Escherichia coli o111 B4 lipopolysaccharide given intracisternallyinduces blood-brain barrier opening during experimental neonatal meningitis in piglets

Peter Temesväri, C. Ábrahám, Christian P. Speer, Jözsef K. Oväcs, Pal Megyeri

Research output: Contribution to journalArticle

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Abstract

Neonatal bacterial meningitis remains a life-threatening infection, and severe neurologic sequelae may be left in survivors as well. The goal of the study was to develop and characterize a porcine model of the disease with intravital observation of the permeability changes in cerebral microvessels. Eighteen newborn piglets were given doses of 0 ng (group 1), 20 ng (group 2), and 200 ng (group 3) of Escherichia coli 0111 B4 endotoxin (LPS) intracisternally (n = 6 in each group). Cardiovascular parameters were without changes, but a compensated metabolic acidosis occurred in group 3 4 h after LPS injection. Using the open cranial window technique combined with fluorescence excitation, there was no blood-brain barrier leakage in pial-arachnoid microvessels for sodium fluorescein during the 4 h of experiments in group 1 piglets, whereas spotty extravasations occurred in group 2 and in group 3 after the LPS injections (70.5 ± 10.5 and 55.2 ± 4.1 min, respectively, mean ± SEM). A dose-dependent increase in sodium fluorescein uptake in brain regions examined (parietal and occipital cortex, cerebellum, and periventricular white matter) was also found by fluorescence spectrophotometry. LPS-treated piglets had developed pleocytosis. Four h after the challenge, the white blood cell counts in cerebrospinal fluid were (mean ± SD): group 1, 8.2 ± 7.6 µL-1; group 2, 453 ± 703 µL-1; and group 3,1 027 ± 620 µL-1, respectively, whereas there was no change in white blood cell count of peripheral blood samples. Sixty min after the intracisternal injection, LPS content measured by Limulus amebocytes lysate assay was mildly elevated in cerebrospinal fluid in group 2 and group 3, whereas it was unchanged in sera in either group. We conclude that our model may be appropriate for further in vivo examination of the pathogenesis and treatment of neonatal bacterial meningitis.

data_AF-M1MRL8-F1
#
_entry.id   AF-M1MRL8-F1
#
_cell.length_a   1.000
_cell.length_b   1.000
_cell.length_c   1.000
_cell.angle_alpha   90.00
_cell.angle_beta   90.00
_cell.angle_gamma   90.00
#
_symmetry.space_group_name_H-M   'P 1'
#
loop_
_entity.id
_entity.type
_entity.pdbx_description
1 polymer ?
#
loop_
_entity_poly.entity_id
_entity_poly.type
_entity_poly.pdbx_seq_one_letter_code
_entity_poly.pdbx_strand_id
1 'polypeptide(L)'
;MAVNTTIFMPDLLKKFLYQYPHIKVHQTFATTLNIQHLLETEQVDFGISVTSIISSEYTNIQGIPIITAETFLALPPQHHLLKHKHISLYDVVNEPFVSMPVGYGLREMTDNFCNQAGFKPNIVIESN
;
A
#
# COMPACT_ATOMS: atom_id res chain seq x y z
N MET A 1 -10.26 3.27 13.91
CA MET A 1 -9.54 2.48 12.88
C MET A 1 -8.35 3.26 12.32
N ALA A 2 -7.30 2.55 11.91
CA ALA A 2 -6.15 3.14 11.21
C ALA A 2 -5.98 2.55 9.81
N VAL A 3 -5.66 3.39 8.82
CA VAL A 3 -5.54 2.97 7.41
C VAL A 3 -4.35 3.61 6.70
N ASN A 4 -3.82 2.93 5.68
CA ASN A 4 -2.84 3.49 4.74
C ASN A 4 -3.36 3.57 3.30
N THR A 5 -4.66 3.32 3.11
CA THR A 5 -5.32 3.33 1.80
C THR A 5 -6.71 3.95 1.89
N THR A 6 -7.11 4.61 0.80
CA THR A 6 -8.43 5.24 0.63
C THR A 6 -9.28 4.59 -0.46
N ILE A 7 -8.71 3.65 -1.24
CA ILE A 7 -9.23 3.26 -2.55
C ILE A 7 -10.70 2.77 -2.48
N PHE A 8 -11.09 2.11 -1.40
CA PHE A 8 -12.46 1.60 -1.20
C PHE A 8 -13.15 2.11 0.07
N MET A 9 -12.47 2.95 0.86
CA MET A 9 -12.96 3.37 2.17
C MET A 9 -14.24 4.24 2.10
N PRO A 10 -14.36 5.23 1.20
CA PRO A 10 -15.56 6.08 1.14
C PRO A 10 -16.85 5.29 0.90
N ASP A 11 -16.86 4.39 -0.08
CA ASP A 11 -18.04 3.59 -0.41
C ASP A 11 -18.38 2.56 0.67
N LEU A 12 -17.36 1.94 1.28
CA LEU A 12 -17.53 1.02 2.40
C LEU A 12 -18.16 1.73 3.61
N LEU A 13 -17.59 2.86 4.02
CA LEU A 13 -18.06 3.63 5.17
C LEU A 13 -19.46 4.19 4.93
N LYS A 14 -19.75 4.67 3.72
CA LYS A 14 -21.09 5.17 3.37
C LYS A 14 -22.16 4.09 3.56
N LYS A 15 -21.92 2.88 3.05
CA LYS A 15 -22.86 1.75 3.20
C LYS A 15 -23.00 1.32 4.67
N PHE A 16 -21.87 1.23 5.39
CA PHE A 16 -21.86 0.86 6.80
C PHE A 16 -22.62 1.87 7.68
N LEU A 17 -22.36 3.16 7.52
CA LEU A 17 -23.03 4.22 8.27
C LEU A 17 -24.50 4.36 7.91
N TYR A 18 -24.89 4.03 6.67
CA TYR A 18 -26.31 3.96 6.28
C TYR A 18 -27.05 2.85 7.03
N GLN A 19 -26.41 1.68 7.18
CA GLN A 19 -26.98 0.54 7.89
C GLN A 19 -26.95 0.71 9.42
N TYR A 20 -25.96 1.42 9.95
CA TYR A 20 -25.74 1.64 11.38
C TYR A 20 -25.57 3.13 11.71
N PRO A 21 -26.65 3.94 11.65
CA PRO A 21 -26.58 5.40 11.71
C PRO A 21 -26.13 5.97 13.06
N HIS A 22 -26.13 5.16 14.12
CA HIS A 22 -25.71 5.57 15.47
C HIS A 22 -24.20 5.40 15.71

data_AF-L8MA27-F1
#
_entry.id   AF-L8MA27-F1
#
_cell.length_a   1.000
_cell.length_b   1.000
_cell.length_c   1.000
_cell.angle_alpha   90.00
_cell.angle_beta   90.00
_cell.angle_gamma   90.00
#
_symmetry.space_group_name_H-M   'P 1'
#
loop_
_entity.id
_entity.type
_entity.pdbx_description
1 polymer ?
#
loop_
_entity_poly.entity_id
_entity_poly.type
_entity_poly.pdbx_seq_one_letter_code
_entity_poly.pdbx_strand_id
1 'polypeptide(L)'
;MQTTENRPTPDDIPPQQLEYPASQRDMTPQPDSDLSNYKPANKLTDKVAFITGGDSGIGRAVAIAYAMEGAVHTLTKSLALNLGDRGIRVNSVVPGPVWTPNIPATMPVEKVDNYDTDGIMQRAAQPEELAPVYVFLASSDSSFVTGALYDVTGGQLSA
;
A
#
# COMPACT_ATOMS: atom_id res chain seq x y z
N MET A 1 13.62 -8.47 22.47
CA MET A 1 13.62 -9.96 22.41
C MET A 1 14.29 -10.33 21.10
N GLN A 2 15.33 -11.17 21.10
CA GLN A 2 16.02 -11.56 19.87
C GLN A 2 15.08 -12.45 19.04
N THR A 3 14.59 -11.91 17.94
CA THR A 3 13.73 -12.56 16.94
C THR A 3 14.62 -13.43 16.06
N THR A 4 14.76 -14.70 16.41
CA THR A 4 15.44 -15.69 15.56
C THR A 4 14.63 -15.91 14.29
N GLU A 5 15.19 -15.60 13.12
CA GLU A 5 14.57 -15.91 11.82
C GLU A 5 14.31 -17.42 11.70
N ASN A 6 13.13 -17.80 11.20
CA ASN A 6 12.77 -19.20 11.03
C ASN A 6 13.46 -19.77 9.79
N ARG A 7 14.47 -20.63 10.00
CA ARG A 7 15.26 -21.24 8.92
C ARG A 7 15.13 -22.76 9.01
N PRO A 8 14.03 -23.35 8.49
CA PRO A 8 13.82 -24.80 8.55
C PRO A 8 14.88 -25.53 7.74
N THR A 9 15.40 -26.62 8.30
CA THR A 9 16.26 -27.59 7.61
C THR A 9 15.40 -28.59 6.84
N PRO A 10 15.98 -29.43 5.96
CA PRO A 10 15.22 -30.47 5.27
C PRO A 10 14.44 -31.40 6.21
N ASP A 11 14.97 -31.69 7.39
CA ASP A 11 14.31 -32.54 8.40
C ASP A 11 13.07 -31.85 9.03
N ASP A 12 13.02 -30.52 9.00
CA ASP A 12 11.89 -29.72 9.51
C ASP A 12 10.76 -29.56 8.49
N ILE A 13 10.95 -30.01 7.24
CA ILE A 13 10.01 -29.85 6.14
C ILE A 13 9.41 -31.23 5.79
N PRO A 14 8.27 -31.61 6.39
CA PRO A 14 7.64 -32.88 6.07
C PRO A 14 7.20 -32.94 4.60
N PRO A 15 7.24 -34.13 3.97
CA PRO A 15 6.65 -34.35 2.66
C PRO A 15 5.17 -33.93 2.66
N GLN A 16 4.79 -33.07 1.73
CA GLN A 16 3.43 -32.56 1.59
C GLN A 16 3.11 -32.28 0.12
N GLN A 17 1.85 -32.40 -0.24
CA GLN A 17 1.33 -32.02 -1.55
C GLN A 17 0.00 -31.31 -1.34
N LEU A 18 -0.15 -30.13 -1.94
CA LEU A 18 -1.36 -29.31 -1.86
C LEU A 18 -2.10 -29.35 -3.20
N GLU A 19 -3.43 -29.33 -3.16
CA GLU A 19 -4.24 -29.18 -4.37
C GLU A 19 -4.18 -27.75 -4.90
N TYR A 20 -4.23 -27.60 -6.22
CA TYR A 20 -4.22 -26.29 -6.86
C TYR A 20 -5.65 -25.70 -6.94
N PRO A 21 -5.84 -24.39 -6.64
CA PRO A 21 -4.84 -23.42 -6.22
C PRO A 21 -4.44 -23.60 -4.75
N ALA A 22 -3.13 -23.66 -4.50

Original languageEnglish
Pages (from-to)182-186
Number of pages5
JournalPediatric Research
Volume34
Issue number2
Publication statusPublished - 1993

Fingerprint

Blood-Brain Barrier
Meningitis
Bacterial Meningitides
Microvessels
Fluorescein
Leukocyte Count
Injections
Cerebrospinal Fluid
Swine Diseases
Arachnoid
Horseshoe Crabs
Occipital Lobe
Parietal Lobe
Fluorescence Spectrometry
Leukocytosis
Acidosis
Cerebellum
Nervous System
Permeability
Fluorescence

ASJC Scopus subject areas

  • Pediatrics, Perinatology, and Child Health

Cite this

Escherichia coli o111 B4 lipopolysaccharide given intracisternallyinduces blood-brain barrier opening during experimental neonatal meningitis in piglets. / Temesväri, Peter; Ábrahám, C.; Speer, Christian P.; Oväcs, Jözsef K.; Megyeri, Pal.

In: Pediatric Research, Vol. 34, No. 2, 1993, p. 182-186.

Research output: Contribution to journalArticle

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abstract = "Neonatal bacterial meningitis remains a life-threatening infection, and severe neurologic sequelae may be left in survivors as well. The goal of the study was to develop and characterize a porcine model of the disease with intravital observation of the permeability changes in cerebral microvessels. Eighteen newborn piglets were given doses of 0 ng (group 1), 20 ng (group 2), and 200 ng (group 3) of Escherichia coli 0111 B4 endotoxin (LPS) intracisternally (n = 6 in each group). Cardiovascular parameters were without changes, but a compensated metabolic acidosis occurred in group 3 4 h after LPS injection. Using the open cranial window technique combined with fluorescence excitation, there was no blood-brain barrier leakage in pial-arachnoid microvessels for sodium fluorescein during the 4 h of experiments in group 1 piglets, whereas spotty extravasations occurred in group 2 and in group 3 after the LPS injections (70.5 ± 10.5 and 55.2 ± 4.1 min, respectively, mean ± SEM). A dose-dependent increase in sodium fluorescein uptake in brain regions examined (parietal and occipital cortex, cerebellum, and periventricular white matter) was also found by fluorescence spectrophotometry. LPS-treated piglets had developed pleocytosis. Four h after the challenge, the white blood cell counts in cerebrospinal fluid were (mean ± SD): group 1, 8.2 ± 7.6 µL-1; group 2, 453 ± 703 µL-1; and group 3,1 027 ± 620 µL-1, respectively, whereas there was no change in white blood cell count of peripheral blood samples. Sixty min after the intracisternal injection, LPS content measured by Limulus amebocytes lysate assay was mildly elevated in cerebrospinal fluid in group 2 and group 3, whereas it was unchanged in sera in either group. We conclude that our model may be appropriate for further in vivo examination of the pathogenesis and treatment of neonatal bacterial meningitis.",
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